softening;          per service
                                                                            reverse osmosis;    connection for
                                                                            electrodialysis;    RO
                                                                            and oxidation/
Copper       Acute      0.3       N/A       1.3       N/A       0.45 mg/L   Optimized           N/A - Already
             toxicity   mg/L                mg/L                (ppm)       corrosion           meeting
             (gastroin (ppm)                (action                         control             requirement
             testinal                       level)
             effects in

    Soquel Creek Water District              Page 2 of 6                           June 15, 2010
Total Coliform Bacteria
In each of the months of March 2007, July 2008, August 2008 and September 2009, we
collected 67 samples from our distribution system for total coliform bacteria analysis. Of
these samples, 1.5% were positive for coliform bacteria during these months. In October
2009, five of 79 samples, or 6.3%, were positive for coliform bacteria. In the remaining
months, 64-80 samples were collected with 0% positives.

Whenever we detect coliform bacteria in any sample, we immediately do follow-up testing to
see if other bacteria of greater concern, such as fecal coliform or E. coli, are present. We did
not find any of these bacteria in our subsequent testing.

The MCL for coliform is 5.0% positive samples of all samples per month and the MCLG is
zero. The reason for the coliform drinking water standard is to minimize the possibility of
the water containing pathogens (organisms that cause waterborne disease). Because
coliform is only a surrogate indicator of the potential presence of pathogens, it is not
possible to state a specific numerical health risk. While USEPA normally sets MCLGs “at a
level where no known or anticipated adverse effects on persons would occur,” they indicate
that they cannot do so with coliforms (ACWA, 2010).

Coliform bacteria are indicator organisms that are ubiquitous in nature and are not
generally considered harmful. They are used because of the ease in monitoring and
analysis. If a positive sample is found, it indicates a potential problem that needs to be
investigated and follow-up sampling performed. It is not at all unusual for a system to have
an occasional positive sample. It is difficult, if not impossible, to assure that a system will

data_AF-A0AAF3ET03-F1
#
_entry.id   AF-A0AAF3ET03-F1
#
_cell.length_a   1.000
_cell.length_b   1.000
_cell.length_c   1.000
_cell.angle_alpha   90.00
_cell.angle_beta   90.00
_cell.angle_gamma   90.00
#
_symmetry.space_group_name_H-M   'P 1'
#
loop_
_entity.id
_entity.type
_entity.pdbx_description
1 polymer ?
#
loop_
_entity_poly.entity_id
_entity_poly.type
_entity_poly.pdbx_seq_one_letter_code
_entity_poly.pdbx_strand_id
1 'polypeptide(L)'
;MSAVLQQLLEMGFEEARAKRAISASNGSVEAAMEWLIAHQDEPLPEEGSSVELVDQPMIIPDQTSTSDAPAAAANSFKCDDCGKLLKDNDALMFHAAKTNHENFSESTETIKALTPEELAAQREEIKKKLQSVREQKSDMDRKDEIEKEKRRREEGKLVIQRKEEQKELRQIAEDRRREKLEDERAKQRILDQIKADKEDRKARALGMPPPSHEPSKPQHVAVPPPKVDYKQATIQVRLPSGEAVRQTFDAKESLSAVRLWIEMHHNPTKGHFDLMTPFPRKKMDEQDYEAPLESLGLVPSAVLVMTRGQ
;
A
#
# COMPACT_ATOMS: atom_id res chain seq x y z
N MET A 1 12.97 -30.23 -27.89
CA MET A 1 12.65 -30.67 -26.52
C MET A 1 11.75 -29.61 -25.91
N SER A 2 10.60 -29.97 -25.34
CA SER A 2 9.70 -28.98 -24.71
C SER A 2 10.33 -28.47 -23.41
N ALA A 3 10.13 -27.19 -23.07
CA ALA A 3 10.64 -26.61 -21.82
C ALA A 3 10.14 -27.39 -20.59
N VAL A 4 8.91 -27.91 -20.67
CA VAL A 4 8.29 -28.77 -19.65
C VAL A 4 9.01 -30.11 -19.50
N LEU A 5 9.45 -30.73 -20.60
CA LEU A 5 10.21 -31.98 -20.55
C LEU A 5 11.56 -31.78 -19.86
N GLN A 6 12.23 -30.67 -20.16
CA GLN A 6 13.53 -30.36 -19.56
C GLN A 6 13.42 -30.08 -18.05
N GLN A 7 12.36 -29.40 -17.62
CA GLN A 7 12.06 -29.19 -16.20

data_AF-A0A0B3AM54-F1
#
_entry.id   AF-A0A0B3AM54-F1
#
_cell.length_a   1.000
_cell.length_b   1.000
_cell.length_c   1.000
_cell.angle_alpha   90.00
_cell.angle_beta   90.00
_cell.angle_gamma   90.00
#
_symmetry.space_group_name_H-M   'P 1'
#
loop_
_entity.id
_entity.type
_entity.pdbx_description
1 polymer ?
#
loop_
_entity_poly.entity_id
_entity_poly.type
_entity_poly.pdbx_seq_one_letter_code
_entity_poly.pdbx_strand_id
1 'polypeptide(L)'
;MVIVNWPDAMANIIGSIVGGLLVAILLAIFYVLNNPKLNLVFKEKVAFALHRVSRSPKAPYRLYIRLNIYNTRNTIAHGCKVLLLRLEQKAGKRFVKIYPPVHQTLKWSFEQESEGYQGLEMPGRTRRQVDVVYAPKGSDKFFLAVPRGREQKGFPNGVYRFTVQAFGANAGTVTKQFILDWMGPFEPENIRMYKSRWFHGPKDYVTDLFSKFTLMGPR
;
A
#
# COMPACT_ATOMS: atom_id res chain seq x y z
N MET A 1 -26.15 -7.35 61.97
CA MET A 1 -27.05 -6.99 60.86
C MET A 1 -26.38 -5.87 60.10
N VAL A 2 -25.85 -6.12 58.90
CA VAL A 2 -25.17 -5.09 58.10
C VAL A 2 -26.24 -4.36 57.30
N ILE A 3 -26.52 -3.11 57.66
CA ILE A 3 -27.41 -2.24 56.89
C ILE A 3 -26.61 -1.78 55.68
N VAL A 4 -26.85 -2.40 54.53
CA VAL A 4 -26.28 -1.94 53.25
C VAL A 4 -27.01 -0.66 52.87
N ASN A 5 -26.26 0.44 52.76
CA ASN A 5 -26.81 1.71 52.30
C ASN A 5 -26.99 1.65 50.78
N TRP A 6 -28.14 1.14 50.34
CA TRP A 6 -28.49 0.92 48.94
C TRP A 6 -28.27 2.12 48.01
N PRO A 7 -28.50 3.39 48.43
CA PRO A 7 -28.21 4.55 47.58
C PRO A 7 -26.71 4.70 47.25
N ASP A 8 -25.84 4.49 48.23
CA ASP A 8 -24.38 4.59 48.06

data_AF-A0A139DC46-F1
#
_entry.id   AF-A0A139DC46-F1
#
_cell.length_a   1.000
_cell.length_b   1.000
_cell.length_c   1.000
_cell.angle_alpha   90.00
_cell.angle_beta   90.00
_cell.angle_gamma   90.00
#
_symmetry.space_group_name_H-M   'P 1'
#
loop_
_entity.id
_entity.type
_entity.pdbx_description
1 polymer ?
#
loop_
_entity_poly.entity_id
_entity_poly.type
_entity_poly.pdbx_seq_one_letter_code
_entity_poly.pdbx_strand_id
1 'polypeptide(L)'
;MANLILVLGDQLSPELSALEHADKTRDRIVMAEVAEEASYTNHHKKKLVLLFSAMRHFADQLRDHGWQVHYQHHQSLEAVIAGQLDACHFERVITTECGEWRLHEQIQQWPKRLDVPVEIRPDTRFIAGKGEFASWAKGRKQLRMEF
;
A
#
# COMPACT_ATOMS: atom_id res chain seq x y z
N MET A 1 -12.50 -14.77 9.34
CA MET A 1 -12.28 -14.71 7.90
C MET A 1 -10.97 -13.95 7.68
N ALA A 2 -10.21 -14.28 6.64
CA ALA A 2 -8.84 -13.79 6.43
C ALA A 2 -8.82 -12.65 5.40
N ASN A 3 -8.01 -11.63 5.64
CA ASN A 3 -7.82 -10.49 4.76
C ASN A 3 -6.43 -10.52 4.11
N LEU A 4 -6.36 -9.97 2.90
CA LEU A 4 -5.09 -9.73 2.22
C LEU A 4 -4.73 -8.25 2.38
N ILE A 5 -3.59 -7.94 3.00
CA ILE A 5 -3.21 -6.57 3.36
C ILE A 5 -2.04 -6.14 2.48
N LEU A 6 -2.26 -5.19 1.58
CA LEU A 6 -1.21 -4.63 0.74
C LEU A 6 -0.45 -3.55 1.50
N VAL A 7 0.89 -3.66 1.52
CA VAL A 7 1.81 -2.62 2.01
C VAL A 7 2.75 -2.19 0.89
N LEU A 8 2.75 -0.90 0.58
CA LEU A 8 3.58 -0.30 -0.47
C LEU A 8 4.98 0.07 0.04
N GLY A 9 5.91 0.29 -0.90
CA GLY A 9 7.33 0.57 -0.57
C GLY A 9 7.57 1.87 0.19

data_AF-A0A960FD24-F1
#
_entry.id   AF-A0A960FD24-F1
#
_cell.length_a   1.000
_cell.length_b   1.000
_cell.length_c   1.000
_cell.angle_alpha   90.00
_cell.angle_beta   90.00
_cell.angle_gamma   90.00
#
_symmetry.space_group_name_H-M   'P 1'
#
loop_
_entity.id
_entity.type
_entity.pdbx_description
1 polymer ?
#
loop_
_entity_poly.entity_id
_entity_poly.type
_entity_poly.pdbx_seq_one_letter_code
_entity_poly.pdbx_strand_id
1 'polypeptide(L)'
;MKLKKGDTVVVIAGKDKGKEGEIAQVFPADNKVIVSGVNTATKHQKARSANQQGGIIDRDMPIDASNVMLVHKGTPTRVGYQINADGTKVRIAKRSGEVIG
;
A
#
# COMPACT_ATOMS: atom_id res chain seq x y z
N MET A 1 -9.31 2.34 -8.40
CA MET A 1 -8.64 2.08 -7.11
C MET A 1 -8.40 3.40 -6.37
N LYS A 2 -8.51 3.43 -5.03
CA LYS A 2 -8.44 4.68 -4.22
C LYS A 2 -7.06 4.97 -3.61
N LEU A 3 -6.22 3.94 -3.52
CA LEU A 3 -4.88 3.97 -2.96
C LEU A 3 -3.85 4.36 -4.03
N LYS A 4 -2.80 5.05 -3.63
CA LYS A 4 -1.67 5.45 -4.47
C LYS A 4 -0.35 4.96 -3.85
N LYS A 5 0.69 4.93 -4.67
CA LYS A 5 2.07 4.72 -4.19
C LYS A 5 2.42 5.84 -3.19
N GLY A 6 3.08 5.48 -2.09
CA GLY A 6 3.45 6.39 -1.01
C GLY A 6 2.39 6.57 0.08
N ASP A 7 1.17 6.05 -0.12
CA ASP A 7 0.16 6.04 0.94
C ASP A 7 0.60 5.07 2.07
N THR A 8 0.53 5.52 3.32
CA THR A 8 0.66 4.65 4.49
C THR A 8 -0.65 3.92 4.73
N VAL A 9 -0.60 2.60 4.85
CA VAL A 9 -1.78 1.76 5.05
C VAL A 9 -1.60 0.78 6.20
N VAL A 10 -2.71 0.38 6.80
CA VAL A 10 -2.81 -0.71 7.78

never get a positive sample.

We add chlorine at our sources to assure that the water served is microbiologically safe.
The chlorine residual levels are carefully controlled to provide the best health protection
without causing the water to have undesirable taste and odor or increasing the disinfection
byproduct levels. This careful balance of treatment processes is essential to continue
supplying our customers with safe drinking water.

Other equally important measures that we have implemented include: an effective cross-
connection control program, maintenance of a disinfectant residual throughout our system,
an effective monitoring and surveillance program and maintaining positive pressures in our
distribution system. Our system has already taken all of the steps described by CDPH as
“best available technology” for coliform bacteria in 22CCR§64447.

The PHG for arsenic is 0.004 μg/L (parts per billion). The MCL for arsenic is 10 μg/L. With
the arsenic PHG set at 0.004 μg/L, the CDPH may enact a lower MCL for California in the
future. The maximum reported arsenic concentration in SqCWD water from 2007 through
2009 was 3.4 μg/L.

Arsenic is a naturally occurring element in the earth’s crust and is widely distributed in the
environment. Humans are exposed to arsenic mostly through food, and to a lesser degree
from drinking water and air (OEHHA, 2004).

Soquel Creek Water District            Page 3 of 6                         June 15, 2010
The category of health risk associated with arsenic is that long-term exposure to arsenic in
drinking water can increase the risk of skin, lung, bladder and kidney cancer, as well as
other skin changes, such as hyperkeratosis and pigmentation changes (World Health
Organization, 2008). Other serious health effects stemming from long-term ingestion of
arsenic in drinking water include heart attacks, stroke, diabetes and hypertension
(OEHHA, 2004). The numerical health risk for the PHG of 0.004 μg/L is one excess cancer
case per million people. The numerical health risk for the MCL of 10 μg/L is 2.5 excess
cancer cases per thousand people (ACWA 2010).

SqCWD’s water meets all federal and state water quality standards for the presence of
arsenic. Three of SqCWD’s 16 active wells have had arsenic detected above the DLR of
2.0 μg/L, and above the PHG. Although not required by the CDPH, SqCWD voluntarily
operates arsenic removal plants for these three wells. The arsenic is removed by oxidation
and filtration. The treatment removes 45-50% of the arsenic, reducing the concentrations
to below the DLR.

Both the USEPA and CDPH adopt what are known as BATs or Best Available
Technologies, which are the best known methods of reducing constituent levels to the MCL.
Costs can be estimated for such technologies. However, since many PHGs (and MCLGs) are
set much lower than the MCL, such as for arsenic, it is not always possible nor feasible to
determine what treatment is needed to further reduce a constituent downward to or near
the PHG. Estimating the costs to reduce a constituent to such a low level is difficult, if not
impossible, because it is not possible to verify by analytical means that the level has been